Jennifer ClearyJennifer Cleary is a proud UGA alum and a television, film, and pop culture junkie to the point of becoming the go-to person for celebrity gossip. By her own admission she knows an obscene amount of useless trivia. If you've got a question about a show, film or celebrity, chances are she has an opinion. You can follow her on Twitter at @clearyje.
Espionage and secret agents have always interested me. Unlike boring ol’ me, secret agents get to travel the world, play with high tech gadgets and kick butt. Over the years, I’ve seen countless spy thrillers, but I have never watched any of the old James Bond movies, not even the ones starring Sean Connery. My first bond film wasn’t until 2006’s “Casino Royale.” I soon became obsessed with Daniel Craig and learning how to play poker. Two years later, I went to go see the next installment, “Quantum of Solace,” which was terrible. Because of how underwhelming “Quantum of Solace” was, I paid little attention to the upcoming Bond film,“Skyfall.” I didn’t even know that Sam Mendes, director of “American Beauty” and “Revolutionary Road”, was directing this next film. Much to my surprise, I enjoyed “Skyfall” far more than “Quantum of Solace” and even “Casino Royale.”
In “Skyfall,” James Bond (Daniel Craig) is living abroad after a failed mission. Back in London, M (Judi Dench) faces forced retirement from her position as the head of MI6. After meeting with a head diplomat named Gareth Mallory (Ralph Fiennes), M receives a cyber threat from an untraceable source. Upon learning that M may be in danger, Bond returns to London to re-enlist in MI6 and capture the cyber terrorist.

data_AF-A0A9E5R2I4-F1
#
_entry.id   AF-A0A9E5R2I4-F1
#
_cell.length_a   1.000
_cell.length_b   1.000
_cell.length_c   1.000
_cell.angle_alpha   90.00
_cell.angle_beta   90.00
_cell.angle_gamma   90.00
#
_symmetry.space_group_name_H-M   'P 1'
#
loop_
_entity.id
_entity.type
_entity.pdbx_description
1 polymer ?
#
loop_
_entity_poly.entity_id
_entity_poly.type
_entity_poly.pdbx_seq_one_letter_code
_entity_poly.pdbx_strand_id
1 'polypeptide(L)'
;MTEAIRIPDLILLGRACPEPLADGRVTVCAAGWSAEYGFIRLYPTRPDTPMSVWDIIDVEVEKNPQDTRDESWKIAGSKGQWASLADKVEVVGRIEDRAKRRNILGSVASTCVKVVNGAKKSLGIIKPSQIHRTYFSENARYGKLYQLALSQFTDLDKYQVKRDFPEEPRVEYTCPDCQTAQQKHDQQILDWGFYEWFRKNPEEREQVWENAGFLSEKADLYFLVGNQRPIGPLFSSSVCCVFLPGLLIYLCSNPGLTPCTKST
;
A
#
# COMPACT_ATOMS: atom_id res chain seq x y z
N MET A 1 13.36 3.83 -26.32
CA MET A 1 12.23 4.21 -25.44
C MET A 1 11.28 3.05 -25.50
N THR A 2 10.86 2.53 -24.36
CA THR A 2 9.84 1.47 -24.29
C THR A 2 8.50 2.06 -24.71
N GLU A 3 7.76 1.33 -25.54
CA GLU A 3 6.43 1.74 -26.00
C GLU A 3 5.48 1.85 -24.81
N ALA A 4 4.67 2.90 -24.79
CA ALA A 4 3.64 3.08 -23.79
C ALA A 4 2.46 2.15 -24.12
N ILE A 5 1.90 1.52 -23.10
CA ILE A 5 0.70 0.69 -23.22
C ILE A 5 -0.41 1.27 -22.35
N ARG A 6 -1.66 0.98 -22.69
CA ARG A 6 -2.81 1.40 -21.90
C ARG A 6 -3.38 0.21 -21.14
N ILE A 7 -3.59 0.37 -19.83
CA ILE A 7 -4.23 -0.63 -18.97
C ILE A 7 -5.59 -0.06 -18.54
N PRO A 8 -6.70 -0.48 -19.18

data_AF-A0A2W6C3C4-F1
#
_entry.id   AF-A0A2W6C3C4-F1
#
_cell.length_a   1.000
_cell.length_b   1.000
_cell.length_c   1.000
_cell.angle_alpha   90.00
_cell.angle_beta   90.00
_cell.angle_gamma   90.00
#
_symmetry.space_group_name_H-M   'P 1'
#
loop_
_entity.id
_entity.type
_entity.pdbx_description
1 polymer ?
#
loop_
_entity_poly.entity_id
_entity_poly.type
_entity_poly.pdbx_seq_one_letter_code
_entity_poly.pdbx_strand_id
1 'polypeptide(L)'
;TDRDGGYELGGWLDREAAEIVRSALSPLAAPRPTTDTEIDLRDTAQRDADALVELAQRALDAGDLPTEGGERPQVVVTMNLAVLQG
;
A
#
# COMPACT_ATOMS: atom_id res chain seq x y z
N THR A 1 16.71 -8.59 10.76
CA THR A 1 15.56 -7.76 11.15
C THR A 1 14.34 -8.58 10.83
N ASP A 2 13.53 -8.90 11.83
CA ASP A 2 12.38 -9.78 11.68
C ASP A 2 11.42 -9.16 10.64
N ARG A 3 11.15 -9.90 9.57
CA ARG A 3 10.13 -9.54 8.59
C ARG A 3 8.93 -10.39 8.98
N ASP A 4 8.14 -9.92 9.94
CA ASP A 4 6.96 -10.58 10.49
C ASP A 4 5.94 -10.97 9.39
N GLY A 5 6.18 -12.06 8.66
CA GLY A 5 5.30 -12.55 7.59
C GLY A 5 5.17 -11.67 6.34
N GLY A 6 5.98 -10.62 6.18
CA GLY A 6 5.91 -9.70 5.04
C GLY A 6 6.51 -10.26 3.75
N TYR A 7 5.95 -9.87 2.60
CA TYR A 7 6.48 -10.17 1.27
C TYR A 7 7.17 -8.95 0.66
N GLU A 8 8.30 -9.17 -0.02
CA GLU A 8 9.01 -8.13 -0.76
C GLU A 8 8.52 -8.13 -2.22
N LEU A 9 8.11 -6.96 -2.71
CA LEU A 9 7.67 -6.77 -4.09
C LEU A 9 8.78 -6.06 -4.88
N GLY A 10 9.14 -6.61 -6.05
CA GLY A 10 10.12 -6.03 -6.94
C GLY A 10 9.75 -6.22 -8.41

What I liked best about this movie was that it explored the themes of aging and redemption. How does one’s past affect their present? M’s not the only character facing oblivion. Bond returns to London as a lesser agent. He no longer possesses perfect aim or unparalleled strength and agility. His mental state is also in question. However, his affection for M hardly waivers, and it’s her unrelenting confidence in him that resurrects him. In the previous movies, their relationship remained professional for the most part. This film, however, emphasizes (and sometimes exploits) the mother-son bond that they have formed over time.
Unlike the other recent Bond movies, “Skyfall” has a memorable villain. Silva (Javier Bardem) is just as charismatic as he is menacing. While the badly dyed blonde hair and eyebrows are off-putting at first, you don’t take note of it by the film’s climax. This is because Bardem does a great job of humanizing Silva. His malice is not caused by greed or a desire for power. I would argue his actions aren’t even rooted in vengeance. Rather his actions stem from his search for closure, something I think a lot of us can relate to. This doesn’t mean that Silva doesn’t pose a true threat to Bond. If anything I’d say it makes him more frightening because he is emotionally unhinged and thus incredibly unpredictable.
Sam Mendes’ skills as a director reinvigorated the franchise. The exotic locations give the film grandeur, while other locations, such as London and Scotland, reiterate the film’s focus on the past and present. In addition to stunning locations, there are a handful of fast-paced, outlandish action sequences, all of which I had a lot of fun watching.
My only criticism for the film is that it’s a tad too long. There were a number of scenes that could have benefited from being edited down during post-production. Regardless, “Skyfall” has restored my faith in Daniel Craig and the James Bond movies. I may even spend a Saturday watching the Sean Connery Bond movies.
Catch Preview This! Mike’s review.